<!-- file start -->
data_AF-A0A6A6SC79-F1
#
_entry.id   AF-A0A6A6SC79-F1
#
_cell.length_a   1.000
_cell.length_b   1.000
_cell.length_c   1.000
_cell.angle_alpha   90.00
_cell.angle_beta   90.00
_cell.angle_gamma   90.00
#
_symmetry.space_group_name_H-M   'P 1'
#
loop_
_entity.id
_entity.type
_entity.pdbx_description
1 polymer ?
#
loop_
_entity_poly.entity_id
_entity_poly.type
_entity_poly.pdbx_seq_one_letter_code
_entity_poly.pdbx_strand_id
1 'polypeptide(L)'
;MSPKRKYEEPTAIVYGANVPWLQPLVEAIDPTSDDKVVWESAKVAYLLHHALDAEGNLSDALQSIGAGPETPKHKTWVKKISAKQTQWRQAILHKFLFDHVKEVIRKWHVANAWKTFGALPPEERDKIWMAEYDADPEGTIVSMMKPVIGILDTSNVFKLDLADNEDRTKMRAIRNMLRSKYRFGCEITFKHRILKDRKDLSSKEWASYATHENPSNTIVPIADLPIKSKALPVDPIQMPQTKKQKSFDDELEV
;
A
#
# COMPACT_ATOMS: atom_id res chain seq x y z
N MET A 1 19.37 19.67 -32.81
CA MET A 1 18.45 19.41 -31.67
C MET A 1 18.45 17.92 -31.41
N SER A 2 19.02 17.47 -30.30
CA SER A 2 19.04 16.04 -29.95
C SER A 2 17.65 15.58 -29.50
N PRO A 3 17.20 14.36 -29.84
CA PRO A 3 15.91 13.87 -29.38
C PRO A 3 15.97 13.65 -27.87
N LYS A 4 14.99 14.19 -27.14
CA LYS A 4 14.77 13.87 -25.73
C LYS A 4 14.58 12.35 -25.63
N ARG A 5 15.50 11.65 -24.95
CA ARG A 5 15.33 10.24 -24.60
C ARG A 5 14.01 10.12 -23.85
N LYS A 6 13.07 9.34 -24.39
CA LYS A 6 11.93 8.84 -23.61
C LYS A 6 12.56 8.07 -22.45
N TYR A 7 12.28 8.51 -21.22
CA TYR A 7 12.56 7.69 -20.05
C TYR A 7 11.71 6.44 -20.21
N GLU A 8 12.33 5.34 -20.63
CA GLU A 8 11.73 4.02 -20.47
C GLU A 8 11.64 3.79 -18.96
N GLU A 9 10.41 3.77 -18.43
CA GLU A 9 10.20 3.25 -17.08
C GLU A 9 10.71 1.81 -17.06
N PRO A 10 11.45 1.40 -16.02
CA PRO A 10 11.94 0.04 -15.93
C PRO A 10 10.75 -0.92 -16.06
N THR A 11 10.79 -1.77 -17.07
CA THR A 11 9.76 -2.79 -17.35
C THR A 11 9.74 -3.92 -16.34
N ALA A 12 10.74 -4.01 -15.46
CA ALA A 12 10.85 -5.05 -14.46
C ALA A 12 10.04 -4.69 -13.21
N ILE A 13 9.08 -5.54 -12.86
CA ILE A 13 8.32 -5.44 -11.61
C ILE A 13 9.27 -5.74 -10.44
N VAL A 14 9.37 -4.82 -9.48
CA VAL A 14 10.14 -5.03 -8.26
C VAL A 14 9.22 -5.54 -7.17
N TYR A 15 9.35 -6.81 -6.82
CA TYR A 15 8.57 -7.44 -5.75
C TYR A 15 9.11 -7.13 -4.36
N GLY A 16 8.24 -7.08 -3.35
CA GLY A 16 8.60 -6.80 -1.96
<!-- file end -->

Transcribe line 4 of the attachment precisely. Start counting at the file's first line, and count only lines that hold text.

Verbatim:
#